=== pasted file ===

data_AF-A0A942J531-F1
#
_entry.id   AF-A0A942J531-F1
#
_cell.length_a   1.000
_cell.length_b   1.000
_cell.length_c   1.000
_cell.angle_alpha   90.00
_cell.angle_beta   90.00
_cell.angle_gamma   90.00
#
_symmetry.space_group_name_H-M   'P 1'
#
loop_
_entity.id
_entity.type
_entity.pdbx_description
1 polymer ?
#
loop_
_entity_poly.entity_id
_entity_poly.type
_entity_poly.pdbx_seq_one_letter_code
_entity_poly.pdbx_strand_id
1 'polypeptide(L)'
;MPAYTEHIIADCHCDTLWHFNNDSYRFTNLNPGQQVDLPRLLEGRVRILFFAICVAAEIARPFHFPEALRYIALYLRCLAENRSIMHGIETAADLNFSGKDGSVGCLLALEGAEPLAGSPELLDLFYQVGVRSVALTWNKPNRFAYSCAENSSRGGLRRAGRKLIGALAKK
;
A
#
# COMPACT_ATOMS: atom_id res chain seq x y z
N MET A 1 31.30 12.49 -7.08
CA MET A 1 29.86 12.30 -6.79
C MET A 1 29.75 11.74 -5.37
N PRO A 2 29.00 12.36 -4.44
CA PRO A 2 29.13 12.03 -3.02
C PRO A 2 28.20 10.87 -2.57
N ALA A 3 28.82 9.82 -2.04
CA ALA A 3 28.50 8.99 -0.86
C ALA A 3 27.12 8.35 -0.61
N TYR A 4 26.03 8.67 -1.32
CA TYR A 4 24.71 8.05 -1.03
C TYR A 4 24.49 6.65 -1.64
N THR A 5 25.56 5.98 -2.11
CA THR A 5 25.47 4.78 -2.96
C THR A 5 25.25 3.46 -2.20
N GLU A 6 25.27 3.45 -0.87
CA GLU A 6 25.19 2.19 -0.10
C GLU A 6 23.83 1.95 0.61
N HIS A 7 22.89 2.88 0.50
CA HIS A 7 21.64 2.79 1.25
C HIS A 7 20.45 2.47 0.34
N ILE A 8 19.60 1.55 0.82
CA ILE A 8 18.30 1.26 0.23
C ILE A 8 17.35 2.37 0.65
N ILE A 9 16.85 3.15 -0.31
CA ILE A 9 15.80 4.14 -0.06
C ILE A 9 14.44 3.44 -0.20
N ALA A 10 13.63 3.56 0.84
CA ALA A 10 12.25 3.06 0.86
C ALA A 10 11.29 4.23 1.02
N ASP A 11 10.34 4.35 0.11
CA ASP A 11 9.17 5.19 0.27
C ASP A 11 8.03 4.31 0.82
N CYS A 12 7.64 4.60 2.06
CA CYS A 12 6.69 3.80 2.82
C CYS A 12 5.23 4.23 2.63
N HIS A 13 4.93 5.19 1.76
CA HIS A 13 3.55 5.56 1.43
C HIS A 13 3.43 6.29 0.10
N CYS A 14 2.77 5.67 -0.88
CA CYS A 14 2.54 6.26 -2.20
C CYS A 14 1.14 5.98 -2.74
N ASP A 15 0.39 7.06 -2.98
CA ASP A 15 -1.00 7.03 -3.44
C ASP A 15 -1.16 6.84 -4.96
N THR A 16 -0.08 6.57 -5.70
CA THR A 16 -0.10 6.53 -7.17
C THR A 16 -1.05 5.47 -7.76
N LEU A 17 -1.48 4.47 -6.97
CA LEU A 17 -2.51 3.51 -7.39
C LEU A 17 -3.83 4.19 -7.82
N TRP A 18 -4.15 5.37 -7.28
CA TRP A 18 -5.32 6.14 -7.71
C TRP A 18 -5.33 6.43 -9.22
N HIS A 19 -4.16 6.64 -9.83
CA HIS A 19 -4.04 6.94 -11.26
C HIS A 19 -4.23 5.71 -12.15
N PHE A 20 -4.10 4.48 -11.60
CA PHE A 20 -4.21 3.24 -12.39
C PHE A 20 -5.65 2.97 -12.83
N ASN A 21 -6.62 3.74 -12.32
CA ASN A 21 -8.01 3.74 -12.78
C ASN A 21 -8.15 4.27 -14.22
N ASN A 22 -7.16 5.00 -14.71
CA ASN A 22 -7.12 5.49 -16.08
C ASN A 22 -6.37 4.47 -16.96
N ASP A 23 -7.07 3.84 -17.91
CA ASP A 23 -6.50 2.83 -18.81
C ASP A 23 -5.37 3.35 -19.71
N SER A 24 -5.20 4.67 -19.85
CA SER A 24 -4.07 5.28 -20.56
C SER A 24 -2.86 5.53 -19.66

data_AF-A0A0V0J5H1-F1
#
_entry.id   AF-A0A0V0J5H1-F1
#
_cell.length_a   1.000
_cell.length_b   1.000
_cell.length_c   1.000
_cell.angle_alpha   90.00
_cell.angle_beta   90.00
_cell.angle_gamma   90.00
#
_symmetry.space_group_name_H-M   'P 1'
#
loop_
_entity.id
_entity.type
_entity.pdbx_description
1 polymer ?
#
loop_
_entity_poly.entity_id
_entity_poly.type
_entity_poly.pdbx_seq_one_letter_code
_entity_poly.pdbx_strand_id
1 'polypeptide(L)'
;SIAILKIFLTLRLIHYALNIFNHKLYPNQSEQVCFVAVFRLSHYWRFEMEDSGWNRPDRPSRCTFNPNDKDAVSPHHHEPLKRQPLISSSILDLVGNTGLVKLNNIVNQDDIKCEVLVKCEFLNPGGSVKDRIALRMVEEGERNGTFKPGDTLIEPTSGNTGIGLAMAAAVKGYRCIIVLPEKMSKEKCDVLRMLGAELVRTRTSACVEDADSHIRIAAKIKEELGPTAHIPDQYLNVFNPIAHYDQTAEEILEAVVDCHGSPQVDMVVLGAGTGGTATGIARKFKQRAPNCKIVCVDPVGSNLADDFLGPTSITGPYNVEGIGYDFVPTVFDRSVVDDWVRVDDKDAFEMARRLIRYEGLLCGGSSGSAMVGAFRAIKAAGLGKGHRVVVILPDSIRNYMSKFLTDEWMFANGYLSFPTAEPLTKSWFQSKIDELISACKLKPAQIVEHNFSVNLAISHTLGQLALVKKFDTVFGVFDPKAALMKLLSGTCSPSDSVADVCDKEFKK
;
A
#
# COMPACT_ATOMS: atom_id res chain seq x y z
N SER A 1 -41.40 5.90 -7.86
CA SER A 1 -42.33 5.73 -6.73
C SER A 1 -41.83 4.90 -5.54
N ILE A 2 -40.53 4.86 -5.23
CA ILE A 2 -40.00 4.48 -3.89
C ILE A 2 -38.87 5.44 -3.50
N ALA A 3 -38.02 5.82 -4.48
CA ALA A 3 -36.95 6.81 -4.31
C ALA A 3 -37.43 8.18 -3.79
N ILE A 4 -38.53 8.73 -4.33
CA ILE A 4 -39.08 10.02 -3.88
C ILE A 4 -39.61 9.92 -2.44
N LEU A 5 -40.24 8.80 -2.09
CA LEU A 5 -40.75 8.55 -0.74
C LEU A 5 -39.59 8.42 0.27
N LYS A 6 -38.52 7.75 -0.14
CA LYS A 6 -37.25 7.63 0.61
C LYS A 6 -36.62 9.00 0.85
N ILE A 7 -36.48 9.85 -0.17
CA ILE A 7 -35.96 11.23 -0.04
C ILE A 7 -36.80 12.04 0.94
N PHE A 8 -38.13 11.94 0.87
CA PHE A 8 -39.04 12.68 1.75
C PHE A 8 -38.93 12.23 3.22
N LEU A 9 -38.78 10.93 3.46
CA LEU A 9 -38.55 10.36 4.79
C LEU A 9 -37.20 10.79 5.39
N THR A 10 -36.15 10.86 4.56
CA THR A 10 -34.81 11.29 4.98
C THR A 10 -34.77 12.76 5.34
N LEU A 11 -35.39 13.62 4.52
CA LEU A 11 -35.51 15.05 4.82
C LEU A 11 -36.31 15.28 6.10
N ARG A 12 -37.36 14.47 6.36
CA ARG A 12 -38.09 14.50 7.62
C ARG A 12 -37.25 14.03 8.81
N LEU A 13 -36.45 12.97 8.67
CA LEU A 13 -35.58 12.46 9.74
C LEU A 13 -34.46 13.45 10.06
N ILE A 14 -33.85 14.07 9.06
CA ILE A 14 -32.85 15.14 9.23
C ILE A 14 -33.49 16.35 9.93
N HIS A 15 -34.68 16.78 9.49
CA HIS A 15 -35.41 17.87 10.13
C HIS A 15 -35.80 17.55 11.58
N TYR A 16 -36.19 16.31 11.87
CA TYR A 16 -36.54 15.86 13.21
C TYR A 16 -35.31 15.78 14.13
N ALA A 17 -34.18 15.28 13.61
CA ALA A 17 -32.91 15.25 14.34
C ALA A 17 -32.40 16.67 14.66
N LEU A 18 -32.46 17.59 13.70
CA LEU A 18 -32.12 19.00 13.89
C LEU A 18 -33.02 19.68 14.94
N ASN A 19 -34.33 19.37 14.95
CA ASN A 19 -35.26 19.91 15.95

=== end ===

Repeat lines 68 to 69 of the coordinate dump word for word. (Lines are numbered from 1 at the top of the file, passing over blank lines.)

CA HIS A 13 3.55 5.56 1.43
C HIS A 13 3.43 6.29 0.10